The law which requires some jobseekers to disclose all cautions or criminal convictions in England and Wales should be overturned in Parliament, according to Judges at the Court of Appeal today.
They found in favour of a 21-year-old man who had to tell employers that he had stolen a bike when he was aged just 11. That, the judges said, had breached his human rights as our UK Editor, Lucy Manning explains.
The human rights group Liberty has reacted to the Court of Appeal judgement by calling on the Government to introduce a more nuanced CRB system.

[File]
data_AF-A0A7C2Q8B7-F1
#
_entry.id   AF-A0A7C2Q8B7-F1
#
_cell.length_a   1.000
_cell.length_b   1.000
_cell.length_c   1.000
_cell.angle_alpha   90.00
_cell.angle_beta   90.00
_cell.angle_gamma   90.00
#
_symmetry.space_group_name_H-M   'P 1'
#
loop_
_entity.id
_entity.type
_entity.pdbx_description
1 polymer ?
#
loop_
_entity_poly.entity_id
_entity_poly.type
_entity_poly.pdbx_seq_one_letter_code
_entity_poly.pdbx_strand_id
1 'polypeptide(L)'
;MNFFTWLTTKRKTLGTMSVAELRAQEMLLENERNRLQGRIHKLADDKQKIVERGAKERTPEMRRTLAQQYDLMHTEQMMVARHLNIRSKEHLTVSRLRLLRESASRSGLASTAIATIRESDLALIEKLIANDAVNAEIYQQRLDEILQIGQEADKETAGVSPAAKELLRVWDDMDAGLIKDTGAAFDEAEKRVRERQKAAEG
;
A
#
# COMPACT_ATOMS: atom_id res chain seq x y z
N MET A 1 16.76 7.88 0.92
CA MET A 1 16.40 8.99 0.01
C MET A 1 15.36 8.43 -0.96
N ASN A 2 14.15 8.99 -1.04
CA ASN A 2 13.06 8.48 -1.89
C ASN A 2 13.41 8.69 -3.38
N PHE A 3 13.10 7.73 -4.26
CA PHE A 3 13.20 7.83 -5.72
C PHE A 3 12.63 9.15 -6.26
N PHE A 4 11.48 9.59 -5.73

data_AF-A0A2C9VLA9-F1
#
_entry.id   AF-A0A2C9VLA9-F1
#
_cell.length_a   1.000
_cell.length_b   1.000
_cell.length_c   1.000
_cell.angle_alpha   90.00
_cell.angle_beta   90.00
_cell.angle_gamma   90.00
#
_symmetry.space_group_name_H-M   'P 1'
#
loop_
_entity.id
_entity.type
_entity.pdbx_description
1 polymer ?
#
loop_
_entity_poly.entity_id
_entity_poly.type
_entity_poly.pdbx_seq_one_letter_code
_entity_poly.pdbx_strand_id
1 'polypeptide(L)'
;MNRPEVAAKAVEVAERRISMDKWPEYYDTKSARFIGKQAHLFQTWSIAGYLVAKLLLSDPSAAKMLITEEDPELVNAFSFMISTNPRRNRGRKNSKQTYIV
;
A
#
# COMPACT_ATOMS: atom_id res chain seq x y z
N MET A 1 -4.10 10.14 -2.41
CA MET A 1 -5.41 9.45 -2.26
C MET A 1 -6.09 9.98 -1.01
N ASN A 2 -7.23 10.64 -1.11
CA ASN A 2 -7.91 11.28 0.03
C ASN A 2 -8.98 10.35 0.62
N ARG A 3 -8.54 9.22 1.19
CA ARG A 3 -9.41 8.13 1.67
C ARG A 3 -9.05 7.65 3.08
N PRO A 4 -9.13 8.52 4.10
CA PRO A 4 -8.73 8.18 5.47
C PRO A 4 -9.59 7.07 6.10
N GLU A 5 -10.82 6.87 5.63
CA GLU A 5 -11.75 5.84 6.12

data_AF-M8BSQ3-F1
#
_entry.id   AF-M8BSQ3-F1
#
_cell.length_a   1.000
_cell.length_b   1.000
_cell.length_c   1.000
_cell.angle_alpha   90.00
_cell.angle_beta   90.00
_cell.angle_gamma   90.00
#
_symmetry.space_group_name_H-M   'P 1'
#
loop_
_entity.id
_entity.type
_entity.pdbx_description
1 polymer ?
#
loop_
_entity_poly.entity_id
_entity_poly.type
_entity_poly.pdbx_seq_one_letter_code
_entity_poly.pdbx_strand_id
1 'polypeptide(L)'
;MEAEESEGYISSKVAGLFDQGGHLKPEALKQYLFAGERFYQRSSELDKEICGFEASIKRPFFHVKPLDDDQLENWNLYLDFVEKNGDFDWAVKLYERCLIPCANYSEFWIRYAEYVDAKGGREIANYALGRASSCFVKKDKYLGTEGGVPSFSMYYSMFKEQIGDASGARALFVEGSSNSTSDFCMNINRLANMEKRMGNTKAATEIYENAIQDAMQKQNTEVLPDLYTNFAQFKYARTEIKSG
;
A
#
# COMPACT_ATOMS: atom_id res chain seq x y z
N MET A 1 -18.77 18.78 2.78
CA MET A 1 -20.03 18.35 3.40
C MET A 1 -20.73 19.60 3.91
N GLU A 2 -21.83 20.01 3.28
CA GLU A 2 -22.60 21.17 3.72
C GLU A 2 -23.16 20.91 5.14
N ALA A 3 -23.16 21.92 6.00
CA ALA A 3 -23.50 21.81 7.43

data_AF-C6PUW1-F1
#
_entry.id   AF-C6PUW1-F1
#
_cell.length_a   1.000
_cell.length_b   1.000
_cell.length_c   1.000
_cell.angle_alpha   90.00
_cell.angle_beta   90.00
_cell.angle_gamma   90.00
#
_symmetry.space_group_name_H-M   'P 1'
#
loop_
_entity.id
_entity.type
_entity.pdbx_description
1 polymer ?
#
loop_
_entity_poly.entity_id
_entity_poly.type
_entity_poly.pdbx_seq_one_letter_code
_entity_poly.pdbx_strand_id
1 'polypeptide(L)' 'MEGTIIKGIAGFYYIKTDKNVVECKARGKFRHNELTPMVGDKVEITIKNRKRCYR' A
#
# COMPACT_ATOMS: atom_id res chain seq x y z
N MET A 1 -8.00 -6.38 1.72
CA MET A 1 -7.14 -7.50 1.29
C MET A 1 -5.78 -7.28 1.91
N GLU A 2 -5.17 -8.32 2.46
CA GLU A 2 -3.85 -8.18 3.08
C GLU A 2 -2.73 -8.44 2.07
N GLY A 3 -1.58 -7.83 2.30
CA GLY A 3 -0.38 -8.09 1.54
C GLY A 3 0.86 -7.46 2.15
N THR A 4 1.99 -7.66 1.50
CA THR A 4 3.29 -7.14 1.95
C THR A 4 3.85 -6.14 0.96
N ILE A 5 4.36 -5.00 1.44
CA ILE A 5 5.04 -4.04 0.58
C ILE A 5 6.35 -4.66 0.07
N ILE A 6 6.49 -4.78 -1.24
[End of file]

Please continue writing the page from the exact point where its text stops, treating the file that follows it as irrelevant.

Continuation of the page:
It says "irrelevant and unreliable information has blighted lives for too long."
The Home Office says it's "disappointed" by the judgement and is seeking leave to appeal to the Supreme Court. "The protection of children and vulnerable groups must not be compromised."
The case challenging so-called CRB checks was brought by a 21-year-old man, who was given warnings by police over a bicycle theft, at the age of 11.
He had to disclose that information when he applied for university and a job.
The Court of Appeal has now ruled that the law forcing people to disclose all previous convictions on CRB (Criminal Records Bureau) checks is a breach of human rights.
Three judges in the Court of Appeal have ruled that the law which requires people to disclose all previous convictions to certain employers is a breach of human rights.